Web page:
author = "Dewhirst, {M. W.} and Ong, {E. T.} and D. Madwed and B. Klitzman and T. Secomb and D. Brizel and J. Bonaventura and Gary Rosner and B. Kavanagh and J. Edwards and J. Gross",
year = "1992",
doi = "10.2307/3578334",
language = "English (US)",
volume = "132",
pages = "61--68",
journal = "Radiation Research",
issn = "0033-7587",
publisher = "Radiation Research Society",
number = "1",

}

TY - JOUR

T1 - Effects of the calcium channel blocker flunarizine on the hemodynamics and oxygenation of tumor microvasculature

AU - Dewhirst, M. W.

AU - Ong, E. T.

AU - Madwed, D.

AU - Klitzman, B.

AU - Secomb, T.

AU - Brizel, D.

AU - Bonaventura, J.

AU - Rosner, Gary

AU - Kavanagh, B.

AU - Edwards, J.

AU - Gross, J.

PY - 1992

Y1 - 1992

N2 - Flunarizine is a diphenylpiperazine calcium entry blocker that has been shown previously to increase tumor blood flow and sensitivity to radiotherapy via reduction in the radiobiologically significant hypoxic fraction. Two mechanisms of action have been proposed previously (vasodilation, altered blood viscosity), but no studies have been performed to examine its mechanisms of action in vivo. Such information would be invaluable in determining the role of flunarizine in multimodality approaches to reduce tumor hypoxia. Fisher-344 rats bearing R3230Ac tumors transplanted into dorsal flap window chambers were used to examine microcirculatory changes after administration of flunarizine (1.0 mg/kg, iv). The drug increased the diameters of the microvasculature and red cell velocities specifically in central tumor regions (producing an average increase in vessel flow by a factor of 1.96), which was accompanied by an increase in perivascular pO2 of 12 mm Hg, on the average. The drug did not change the diameters of tumor 'feeding' vessels, nor did it change vascular length densities. Thus the improvement in central tumor blood flow and oxygenation could not be attributed to dilation of feeding vessels. The oxygen-carrying capacity of the blood was not altered either since hemoglobin saturation (measured in vitro) and the hematocrits of the microvasculature were unchanged after drug administration. Therefore, by a process of elimination, the most likely explanation for the effect of the drug is modification of blood viscosity. Additional studies are under way in this laboratory to examine whether changes in viscosity occur after flunarizine administration.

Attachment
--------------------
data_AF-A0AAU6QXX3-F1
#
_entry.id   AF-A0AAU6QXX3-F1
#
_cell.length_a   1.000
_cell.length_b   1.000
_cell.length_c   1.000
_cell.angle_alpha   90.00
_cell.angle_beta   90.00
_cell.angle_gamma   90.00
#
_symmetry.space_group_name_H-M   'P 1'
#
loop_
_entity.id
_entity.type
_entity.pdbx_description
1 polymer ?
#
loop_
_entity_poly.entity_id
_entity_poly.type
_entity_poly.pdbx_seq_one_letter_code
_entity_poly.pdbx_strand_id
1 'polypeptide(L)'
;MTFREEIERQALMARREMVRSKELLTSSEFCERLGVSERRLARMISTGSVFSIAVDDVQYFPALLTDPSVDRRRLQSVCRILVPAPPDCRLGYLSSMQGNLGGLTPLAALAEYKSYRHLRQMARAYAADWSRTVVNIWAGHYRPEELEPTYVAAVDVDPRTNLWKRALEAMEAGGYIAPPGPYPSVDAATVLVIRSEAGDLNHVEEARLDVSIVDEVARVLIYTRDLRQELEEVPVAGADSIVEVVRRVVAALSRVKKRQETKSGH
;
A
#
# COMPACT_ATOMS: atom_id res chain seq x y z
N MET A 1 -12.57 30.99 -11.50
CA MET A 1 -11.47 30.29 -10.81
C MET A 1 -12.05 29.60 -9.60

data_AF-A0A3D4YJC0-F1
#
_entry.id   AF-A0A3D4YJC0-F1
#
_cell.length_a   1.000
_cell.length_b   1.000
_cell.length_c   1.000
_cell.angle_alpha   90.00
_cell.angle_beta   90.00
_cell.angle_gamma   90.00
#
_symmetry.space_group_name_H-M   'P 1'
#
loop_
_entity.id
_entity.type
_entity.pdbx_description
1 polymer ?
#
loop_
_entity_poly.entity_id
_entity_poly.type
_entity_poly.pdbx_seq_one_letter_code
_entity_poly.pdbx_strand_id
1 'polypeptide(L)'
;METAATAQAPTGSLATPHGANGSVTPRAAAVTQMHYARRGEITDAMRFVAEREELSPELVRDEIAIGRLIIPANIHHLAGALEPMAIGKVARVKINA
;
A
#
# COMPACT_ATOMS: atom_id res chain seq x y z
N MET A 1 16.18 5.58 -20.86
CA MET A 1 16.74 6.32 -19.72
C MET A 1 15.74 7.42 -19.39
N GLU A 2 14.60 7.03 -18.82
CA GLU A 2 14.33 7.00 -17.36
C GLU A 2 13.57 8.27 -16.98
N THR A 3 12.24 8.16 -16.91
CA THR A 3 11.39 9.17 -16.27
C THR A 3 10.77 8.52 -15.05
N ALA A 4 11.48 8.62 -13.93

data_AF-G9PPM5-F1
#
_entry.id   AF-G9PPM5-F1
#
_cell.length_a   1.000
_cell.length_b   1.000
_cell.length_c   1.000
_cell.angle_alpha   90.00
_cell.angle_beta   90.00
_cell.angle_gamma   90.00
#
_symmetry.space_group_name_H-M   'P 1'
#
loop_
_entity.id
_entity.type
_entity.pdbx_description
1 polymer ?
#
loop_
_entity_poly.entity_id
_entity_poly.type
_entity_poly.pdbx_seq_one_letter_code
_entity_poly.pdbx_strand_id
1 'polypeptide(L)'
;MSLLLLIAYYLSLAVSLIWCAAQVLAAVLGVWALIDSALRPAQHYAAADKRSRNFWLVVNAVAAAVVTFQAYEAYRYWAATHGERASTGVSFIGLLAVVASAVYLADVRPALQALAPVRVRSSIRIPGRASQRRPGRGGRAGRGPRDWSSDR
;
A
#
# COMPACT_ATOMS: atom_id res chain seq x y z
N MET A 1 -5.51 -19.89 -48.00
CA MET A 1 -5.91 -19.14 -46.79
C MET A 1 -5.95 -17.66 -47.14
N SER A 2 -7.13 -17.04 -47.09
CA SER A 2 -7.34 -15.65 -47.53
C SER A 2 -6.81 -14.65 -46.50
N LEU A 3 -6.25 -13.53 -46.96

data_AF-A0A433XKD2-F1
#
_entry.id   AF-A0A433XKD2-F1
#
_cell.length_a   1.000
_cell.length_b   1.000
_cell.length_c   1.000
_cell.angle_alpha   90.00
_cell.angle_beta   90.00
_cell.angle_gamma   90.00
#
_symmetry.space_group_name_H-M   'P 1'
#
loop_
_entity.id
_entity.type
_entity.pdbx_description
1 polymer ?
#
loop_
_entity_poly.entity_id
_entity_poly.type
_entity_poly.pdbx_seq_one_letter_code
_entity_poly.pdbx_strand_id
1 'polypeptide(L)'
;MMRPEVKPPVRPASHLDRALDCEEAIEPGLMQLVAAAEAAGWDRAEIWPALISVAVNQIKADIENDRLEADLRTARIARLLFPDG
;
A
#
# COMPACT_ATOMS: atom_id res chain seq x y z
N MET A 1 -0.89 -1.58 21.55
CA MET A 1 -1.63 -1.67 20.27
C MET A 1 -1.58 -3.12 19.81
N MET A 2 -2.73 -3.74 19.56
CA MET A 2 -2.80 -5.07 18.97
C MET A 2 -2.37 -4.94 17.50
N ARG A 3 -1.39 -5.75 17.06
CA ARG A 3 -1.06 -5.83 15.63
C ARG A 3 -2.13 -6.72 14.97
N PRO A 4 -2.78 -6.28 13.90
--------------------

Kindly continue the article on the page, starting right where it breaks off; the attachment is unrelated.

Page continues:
AB - Flunarizine is a diphenylpiperazine calcium entry blocker that has been shown previously to increase tumor blood flow and sensitivity to radiotherapy via reduction in the radiobiologically significant hypoxic fraction. Two mechanisms of action have been proposed previously (vasodilation, altered blood viscosity), but no studies have been performed to examine its mechanisms of action in vivo. Such information would be invaluable in determining the role of flunarizine in multimodality approaches to reduce tumor hypoxia. Fisher-344 rats bearing R3230Ac tumors transplanted into dorsal flap window chambers were used to examine microcirculatory changes after administration of flunarizine (1.0 mg/kg, iv). The drug increased the diameters of the microvasculature and red cell velocities specifically in central tumor regions (producing an average increase in vessel flow by a factor of 1.96), which was accompanied by an increase in perivascular pO2 of 12 mm Hg, on the average. The drug did not change the diameters of tumor 'feeding' vessels, nor did it change vascular length densities. Thus the improvement in central tumor blood flow and oxygenation could not be attributed to dilation of feeding vessels. The oxygen-carrying capacity of the blood was not altered either since hemoglobin saturation (measured in vitro) and the hematocrits of the microvasculature were unchanged after drug administration. Therefore, by a process of elimination, the most likely explanation for the effect of the drug is modification of blood viscosity. Additional studies are under way in this laboratory to examine whether changes in viscosity occur after flunarizine administration.

UR - http://www.scopus.com/inward/record.url?scp=0026482591&partnerID=8YFLogxK

UR - http://www.scopus.com/inward/citedby.url?scp=0026482591&partnerID=8YFLogxK

U2 - 10.2307/3578334

DO - 10.2307/3578334

M3 - Article

VL - 132

SP - 61

EP - 68

JO - Radiation Research

JF - Radiation Research

SN - 0033-7587

IS - 1

ER -